Yorkshire is rightly proud of its heritage and for being home for many food and drink brands, but thanks to Cathy and Karl Mason it now has a handful of locally produced gin producers, but the Masons were the first with their own Masons Dry Yorkshire Dry Gin which uses locally sourced ingredients and botanicals to give it a point of difference even in the crowded gin market.
Karl and Cathy Mason on how they have proudly made Yorkshire’s first gin brand using locally sourced ingredients.
Most drinks brands create Facebook groups to help promote what they have already created. Not Karl and Cathy Mason who took their passion for gin by creating first a “G&T Friday” community page on Facebook for fellow gin fans to swap and share what gins they were drinking, where and how. The page grew to some 10,00 followers and they soon realised there was a gap even in the over supplied gin market for one made from the heart of Yorkshire.
Seven months later and they were the first drinks producer to set up a gin distillery in the county and very soon they had their own Masons Yorkshire Gin made from Harrogate spring water and a unique recipe. They are now producing 200 litre batches of gin at a time, each with a hand written batch and bottle number. For Christmas they were producing 2,000 bottles a week to keep up with demand.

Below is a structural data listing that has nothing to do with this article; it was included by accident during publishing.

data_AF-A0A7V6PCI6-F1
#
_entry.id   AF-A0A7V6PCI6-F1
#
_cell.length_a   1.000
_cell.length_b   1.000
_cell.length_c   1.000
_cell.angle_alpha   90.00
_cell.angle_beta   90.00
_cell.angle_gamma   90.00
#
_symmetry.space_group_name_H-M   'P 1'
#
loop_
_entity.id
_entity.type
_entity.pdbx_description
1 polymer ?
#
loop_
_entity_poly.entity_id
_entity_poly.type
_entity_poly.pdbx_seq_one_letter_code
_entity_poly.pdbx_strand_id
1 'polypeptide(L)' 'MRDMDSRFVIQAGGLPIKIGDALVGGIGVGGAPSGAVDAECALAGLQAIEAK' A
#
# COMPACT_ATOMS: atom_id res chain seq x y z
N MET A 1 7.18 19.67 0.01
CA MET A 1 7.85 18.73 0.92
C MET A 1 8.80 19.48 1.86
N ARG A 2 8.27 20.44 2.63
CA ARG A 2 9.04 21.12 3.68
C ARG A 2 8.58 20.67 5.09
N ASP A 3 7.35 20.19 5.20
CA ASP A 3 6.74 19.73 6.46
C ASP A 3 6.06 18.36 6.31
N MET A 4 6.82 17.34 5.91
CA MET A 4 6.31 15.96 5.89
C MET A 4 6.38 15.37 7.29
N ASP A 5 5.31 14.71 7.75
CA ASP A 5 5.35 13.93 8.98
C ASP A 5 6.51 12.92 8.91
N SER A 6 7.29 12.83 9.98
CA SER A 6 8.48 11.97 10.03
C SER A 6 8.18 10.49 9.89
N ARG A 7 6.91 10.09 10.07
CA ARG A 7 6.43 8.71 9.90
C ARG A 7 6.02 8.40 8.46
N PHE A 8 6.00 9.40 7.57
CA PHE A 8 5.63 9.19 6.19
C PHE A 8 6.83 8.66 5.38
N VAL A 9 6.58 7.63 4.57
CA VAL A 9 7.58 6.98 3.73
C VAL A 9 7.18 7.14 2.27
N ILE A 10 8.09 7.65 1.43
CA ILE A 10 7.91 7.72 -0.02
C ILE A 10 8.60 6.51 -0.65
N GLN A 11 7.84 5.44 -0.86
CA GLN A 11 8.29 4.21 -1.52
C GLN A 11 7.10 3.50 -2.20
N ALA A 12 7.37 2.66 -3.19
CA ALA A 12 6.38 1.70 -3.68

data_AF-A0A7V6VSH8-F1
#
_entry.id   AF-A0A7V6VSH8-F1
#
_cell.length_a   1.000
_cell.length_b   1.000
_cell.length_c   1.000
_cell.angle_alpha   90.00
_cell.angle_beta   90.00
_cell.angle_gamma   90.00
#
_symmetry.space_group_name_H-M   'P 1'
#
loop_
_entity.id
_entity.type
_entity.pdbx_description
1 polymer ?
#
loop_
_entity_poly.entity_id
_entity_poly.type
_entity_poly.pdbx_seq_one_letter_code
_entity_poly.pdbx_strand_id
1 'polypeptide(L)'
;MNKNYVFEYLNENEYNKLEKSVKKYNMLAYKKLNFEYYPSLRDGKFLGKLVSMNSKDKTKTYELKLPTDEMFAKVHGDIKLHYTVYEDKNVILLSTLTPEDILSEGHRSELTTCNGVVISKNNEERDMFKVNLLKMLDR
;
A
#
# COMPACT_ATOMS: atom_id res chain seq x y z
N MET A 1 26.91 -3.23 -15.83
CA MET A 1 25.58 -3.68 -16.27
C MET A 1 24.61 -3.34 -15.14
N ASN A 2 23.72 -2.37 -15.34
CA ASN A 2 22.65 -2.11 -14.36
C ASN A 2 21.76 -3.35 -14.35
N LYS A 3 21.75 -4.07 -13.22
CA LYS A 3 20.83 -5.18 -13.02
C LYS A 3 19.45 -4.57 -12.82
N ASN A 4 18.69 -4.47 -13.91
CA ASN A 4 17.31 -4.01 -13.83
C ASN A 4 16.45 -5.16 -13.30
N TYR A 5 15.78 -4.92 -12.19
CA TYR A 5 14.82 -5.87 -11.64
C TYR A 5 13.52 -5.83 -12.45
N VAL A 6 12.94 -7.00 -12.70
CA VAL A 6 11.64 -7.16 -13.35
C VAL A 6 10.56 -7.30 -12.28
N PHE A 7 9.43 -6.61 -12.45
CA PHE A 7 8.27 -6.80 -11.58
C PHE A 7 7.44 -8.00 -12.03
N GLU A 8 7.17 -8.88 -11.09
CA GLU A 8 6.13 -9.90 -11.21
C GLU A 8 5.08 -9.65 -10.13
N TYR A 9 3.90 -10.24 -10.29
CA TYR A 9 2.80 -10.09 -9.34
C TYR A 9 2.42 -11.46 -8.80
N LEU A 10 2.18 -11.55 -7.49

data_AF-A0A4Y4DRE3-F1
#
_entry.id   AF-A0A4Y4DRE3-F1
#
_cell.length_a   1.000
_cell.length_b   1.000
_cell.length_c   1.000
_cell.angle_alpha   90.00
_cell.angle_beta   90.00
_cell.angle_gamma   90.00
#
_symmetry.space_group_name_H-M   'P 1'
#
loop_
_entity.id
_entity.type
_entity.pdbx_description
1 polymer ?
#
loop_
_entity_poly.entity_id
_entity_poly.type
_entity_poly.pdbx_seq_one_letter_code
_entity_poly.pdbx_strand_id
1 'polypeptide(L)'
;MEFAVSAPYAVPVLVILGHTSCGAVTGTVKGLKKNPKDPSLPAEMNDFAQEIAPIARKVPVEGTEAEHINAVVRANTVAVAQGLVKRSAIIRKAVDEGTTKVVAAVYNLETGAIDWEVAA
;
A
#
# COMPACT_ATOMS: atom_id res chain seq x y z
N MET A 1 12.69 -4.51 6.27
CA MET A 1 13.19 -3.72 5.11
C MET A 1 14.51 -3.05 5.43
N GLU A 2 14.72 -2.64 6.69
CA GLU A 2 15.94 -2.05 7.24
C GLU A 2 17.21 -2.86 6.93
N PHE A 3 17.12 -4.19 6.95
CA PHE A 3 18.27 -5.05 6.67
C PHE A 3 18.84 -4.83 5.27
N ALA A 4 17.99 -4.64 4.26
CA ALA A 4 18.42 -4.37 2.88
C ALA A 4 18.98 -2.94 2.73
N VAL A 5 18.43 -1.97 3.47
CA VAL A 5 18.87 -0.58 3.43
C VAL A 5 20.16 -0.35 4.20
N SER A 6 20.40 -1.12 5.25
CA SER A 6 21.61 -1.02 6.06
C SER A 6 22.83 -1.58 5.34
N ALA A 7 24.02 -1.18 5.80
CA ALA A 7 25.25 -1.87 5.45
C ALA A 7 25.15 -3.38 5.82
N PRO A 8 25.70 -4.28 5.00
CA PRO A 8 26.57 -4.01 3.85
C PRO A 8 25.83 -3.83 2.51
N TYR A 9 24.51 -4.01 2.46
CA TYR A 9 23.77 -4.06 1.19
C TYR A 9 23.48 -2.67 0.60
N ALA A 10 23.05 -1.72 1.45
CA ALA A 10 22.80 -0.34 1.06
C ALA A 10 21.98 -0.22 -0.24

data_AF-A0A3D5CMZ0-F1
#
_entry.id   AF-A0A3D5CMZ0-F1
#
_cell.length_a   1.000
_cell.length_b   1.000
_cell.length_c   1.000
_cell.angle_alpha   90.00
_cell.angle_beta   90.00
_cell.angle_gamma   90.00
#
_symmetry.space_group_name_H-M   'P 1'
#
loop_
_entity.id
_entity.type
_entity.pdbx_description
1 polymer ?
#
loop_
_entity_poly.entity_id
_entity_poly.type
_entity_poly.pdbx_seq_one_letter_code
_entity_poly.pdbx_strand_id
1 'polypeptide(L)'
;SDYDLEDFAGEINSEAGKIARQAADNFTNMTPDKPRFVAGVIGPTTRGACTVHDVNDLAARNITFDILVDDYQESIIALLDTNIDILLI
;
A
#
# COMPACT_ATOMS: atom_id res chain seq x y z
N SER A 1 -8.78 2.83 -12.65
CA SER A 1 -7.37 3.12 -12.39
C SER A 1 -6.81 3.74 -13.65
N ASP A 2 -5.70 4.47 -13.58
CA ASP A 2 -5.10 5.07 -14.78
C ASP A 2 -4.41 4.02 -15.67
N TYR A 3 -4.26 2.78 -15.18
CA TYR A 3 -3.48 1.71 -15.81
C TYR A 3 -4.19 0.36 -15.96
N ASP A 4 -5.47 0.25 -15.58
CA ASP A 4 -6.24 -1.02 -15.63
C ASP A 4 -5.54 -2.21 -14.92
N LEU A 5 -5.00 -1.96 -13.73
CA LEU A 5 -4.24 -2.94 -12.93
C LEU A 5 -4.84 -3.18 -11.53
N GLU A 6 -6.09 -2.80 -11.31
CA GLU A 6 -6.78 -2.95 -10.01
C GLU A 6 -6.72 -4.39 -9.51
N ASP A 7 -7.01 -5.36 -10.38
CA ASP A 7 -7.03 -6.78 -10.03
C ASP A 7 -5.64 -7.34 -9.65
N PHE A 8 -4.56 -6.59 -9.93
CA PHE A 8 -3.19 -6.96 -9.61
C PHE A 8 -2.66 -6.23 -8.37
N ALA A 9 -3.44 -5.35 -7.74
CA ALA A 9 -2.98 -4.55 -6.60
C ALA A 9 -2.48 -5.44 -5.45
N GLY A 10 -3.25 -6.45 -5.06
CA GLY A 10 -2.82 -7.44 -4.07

Here Cathy Mason shares their story:
It was quite a leap of faith to go from a Facebook following to creating your own gin?
To be honest it all happened so fast. I think, because gin has become such a trend and consumers are really looking for that unique, artisan twist, Masons seems to fill that gap. If you’re passionate about something, then it makes it easy. We did everything step by step, from distilling to choosing the botanicals. We were careful with how we did things; we stuck with our guns and ran with it.
What sort of taste profile were you looking for?
We were looking for depth of flavour and smoothness. A good test is whether you can have your gin neat. We wanted to create something that was a bit different from other gins. Masons is a smooth spirit with malty, grain notes. We wanted it to reminisce one that is made with a white whisky base. We also ensure that the ingredients for our lavender and tea editions are locally sourced.
Why did you choose to work with Cambridgeshire based English Spirit Company to launch your gin – it’s not in Yorkshire?
To be honest, it was simply because we felt that by working with their smaller distillery would result in them listening to our desires and help us create the product we envisioned. Which they have! The unit did take quite a while for us to get used to though. Our team our really great, the majority of our employees are local, which is lovely and really helps keep Masons true to its roots. We are also working with former Gordon’s & Tanqueray distiller, Gerard MacKluskey. His knowledge is just great. He is a pure artisan distiller, a person who is just able to use is nose – he really does know his trade like the back of his hand.
(The Masons now have two purpose built 300 litre stills at the site called Steve – possibly after the artist Steve Stills and Leftie – because it stands to the left of Steve).
Isn’t there enough gin being made in the north and across the UK?